It’s no secret that virtually everyone under the age of 40 hates attending or making phone calls. In fact, our aversion to phone calls has gotten so bad that many people now text, “Can I call you?” prior to actually calling.
Then again, it makes sense in a way. Phone calls usually come out of nowhere and demand an immediate response, whereas text messages are more relaxed and informal. But while text messaging is convenient and undeniably useful in many ways, research shows that it’s not always the best form of communication for staying connected.
And so, we’re here to make the case for calling people like we did in the days of yore (which is to say, the early aughts). It’s a frightening prospect, we know, but one that will pay off in the form of better conversations, deeper connections and stronger relationships. Here’s why:
1. Calls Are Better at Conveying Meaning and Intent
Have you ever heard the old adage, “It’s not what you say, but how you say it”? Your tone of voice, pacing and pitch all serve as important nonverbal cues in conversation.
With texting, this context is lost. Take sarcasm, for example. It’s extremely difficult to tell through text messaging whether someone is being sarcastic or not.
Granted, you could always send an emoji or take a silly guy selfie to help replace some of the emotional nuance lost with texting. However, research shows that even your closest pals aren’t that great at identifying emotion in written communication.
Nonverbal cues help decode the underlying meaning and intent behind the words that are spoken. Without this context, we’re left with two options: assume the person meant the words they said or try to interpret the true meaning behind the text message.
2. Calls Are Better at Conflict Resolution
Text messaging is one of the worst forms of communication for conflict resolution. First and foremost: Texting a lengthy argument to someone is exhausting.
Excessive texting can even lead to the dreaded “texting thumb.” According to a 2014 study published in the Annals of Occupational and Environmental Science, excessive texting can contribute to musculoskeletal disorders of the thumb and forearm.
More importantly, however, is that fact that calling someone forces both of you to talk about difficult subject matter. With texting, it’s much easier for someone to engage in something that psychologists call “avoidance,” which refers to avoiding the problem altogether.
Conflict avoidance can occur when the person changes subjects to avoid the conflicting topic or ignoring the problem altogether. In either instance, avoiding the conflict is an unhealthy way of dealing with a problem that won’t do you or the recipient any favors in the long term.
3. Calling Is More Intimate
Let’s face it: being vulnerable is scary. We fear vulnerability because showing our true selves opens us up for the possibility of rejection.
And yet, being emotionally vulnerable is also key to growing our relationships and creating intimacy. Texting makes it easy to avoid intimacy because the emotion in our voice is hidden. No one can know with certainty how we truly feel.
Calling can grow a relationship by encouraging us to be more authentic. According to a 2019 study published in Personality and Individual Differences, engaging in authentic behavior is considered more attractive and is associated with positive relationship outcomes.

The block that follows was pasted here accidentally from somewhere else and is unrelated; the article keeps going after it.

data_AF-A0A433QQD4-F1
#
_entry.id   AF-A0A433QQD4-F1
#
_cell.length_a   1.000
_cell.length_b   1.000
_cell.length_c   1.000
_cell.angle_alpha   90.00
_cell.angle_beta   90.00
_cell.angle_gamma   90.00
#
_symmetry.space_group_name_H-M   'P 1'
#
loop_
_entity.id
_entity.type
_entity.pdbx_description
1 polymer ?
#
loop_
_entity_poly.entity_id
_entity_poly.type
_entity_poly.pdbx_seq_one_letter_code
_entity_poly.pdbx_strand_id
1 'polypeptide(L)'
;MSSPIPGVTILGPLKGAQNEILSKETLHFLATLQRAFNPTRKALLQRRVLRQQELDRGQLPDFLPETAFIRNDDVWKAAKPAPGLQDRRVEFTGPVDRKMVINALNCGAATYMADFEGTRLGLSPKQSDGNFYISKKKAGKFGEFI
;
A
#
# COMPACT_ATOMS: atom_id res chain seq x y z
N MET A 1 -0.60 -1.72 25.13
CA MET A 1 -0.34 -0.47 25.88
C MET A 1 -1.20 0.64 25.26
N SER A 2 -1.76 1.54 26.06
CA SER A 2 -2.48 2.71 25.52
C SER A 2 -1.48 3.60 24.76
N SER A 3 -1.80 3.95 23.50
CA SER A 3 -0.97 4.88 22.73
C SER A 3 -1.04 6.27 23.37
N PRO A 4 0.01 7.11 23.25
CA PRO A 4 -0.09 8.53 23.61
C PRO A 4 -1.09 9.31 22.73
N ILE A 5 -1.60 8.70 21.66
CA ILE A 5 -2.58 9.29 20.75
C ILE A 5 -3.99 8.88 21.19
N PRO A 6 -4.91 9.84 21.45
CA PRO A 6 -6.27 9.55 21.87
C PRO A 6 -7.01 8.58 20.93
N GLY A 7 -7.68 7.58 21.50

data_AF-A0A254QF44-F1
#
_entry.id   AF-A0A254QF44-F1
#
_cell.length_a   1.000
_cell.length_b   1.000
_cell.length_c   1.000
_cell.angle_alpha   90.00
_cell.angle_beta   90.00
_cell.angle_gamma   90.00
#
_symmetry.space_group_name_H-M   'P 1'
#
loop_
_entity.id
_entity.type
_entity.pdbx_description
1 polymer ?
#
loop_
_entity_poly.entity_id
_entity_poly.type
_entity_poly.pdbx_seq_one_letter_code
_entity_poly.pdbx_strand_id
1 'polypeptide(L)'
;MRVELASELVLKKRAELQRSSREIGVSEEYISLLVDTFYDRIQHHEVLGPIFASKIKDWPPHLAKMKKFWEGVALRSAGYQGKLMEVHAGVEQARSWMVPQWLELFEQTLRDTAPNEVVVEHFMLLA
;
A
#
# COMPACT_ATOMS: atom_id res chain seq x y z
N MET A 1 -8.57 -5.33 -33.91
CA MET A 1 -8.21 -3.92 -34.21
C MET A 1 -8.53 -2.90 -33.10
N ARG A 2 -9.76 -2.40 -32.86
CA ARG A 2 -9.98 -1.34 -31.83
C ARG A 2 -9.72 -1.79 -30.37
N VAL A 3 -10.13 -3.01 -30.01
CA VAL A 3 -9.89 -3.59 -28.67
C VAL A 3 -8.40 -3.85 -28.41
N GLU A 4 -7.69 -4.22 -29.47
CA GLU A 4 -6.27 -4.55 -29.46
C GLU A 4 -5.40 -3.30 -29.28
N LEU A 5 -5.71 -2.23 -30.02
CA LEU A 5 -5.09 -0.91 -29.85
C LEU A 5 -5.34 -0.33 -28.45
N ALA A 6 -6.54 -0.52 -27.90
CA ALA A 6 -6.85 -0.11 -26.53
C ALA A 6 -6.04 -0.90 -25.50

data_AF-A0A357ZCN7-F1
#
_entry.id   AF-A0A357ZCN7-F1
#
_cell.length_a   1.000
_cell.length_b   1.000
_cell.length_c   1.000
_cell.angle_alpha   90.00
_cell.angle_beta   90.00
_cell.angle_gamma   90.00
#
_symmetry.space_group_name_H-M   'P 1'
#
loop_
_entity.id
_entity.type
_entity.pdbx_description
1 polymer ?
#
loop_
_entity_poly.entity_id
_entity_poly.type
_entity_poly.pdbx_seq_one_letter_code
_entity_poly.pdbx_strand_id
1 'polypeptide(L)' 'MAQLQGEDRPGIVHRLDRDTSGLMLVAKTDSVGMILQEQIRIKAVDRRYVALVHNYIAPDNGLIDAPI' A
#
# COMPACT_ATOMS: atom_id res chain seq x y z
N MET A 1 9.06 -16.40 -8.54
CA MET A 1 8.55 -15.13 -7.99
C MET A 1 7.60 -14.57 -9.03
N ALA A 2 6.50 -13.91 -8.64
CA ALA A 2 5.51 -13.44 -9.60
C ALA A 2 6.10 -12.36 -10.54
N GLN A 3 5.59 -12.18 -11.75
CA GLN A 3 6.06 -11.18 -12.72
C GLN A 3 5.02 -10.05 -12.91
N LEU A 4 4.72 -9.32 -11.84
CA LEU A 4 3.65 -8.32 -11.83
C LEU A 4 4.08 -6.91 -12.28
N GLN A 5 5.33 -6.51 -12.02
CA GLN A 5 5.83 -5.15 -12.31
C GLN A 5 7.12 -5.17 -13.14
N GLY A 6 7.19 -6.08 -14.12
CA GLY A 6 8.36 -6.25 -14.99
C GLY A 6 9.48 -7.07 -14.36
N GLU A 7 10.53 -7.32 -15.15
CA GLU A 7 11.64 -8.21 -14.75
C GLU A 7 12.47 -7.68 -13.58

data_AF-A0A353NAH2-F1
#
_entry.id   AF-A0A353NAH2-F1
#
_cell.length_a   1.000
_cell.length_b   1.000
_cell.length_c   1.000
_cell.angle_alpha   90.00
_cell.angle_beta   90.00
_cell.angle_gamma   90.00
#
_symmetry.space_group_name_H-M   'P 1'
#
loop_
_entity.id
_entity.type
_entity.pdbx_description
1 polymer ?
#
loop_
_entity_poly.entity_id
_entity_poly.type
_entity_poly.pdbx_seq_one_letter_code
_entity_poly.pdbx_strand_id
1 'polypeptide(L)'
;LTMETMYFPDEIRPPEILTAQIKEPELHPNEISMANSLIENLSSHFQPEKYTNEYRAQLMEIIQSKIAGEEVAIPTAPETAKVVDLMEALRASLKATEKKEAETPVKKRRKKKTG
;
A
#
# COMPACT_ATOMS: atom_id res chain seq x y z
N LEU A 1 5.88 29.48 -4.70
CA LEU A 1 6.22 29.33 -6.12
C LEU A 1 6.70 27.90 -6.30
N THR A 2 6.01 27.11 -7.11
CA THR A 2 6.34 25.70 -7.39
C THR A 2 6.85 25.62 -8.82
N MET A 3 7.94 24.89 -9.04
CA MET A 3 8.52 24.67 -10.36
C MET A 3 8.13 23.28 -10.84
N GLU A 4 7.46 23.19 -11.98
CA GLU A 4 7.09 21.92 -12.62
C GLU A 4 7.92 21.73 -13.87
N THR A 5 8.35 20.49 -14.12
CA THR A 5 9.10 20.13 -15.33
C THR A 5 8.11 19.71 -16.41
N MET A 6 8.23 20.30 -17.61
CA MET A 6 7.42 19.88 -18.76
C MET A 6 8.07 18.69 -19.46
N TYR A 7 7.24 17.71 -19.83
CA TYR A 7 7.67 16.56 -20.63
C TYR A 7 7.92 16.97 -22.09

In other words, call the person you’re dating and let them know the “real” you. It will be more effective than playing games through text.
4. There’s Less Room for Misinterpretation
We all have the occasional misunderstanding. This is true regardless of which channel of communication we decide to use.
However, texting in particular is a recipe for misinterpretation and misunderstanding. It’s not just the fact that auto-correct can make our conversations unreadable, but also because written communication by itself lacks emotional nuance that gives us context to the conversation.
Take punctuation, for example. According to a 2015 study from Birmingham University, text messages that end in a period are more likely to be perceived as insincere compared to text messages without punctuation.
Emotional nuance is easily lost with texting. You might want to think about that the next time you text, “that’s great” instead of “that’s great!” in response to your friend getting a promotion at work. Or you could just call the person and make things crystal clear from the get-go.
5. Texting Can Lead to Burnout
If you’re phone-averse, it’s likely because you feel a little anxious when you make or receive a call. That’s completely normal.
But consider this: at least your anxiety lasts only as long as the phone call itself. Texting, on the other hand, is oftentimes an all-day conversation—and it’s not doing our mental health any favors.
In a 2013 study published in Psychology of Popular Media Culture, researchers found that increased texting frequency was associated with sleep problems, exhaustion and relationship stress. The theory is that texting requires us to be “on” all the time, thus contributing to burnout.
If you’ve been feeling on-edge lately, your phone’s constant notifications may be to blame. Take a break from the texting and give the person a call instead.
Make the Call
We’re not saying that texting is bad, necessarily. But if it’s your go-to form of communication for silly and serious conversations alike, your personal relationships are getting the short end of the stick. Calls, whether video or audio, are more intimate and show the type of person you are. So, pick up the phone and call your loved ones. You’ll be glad you did.
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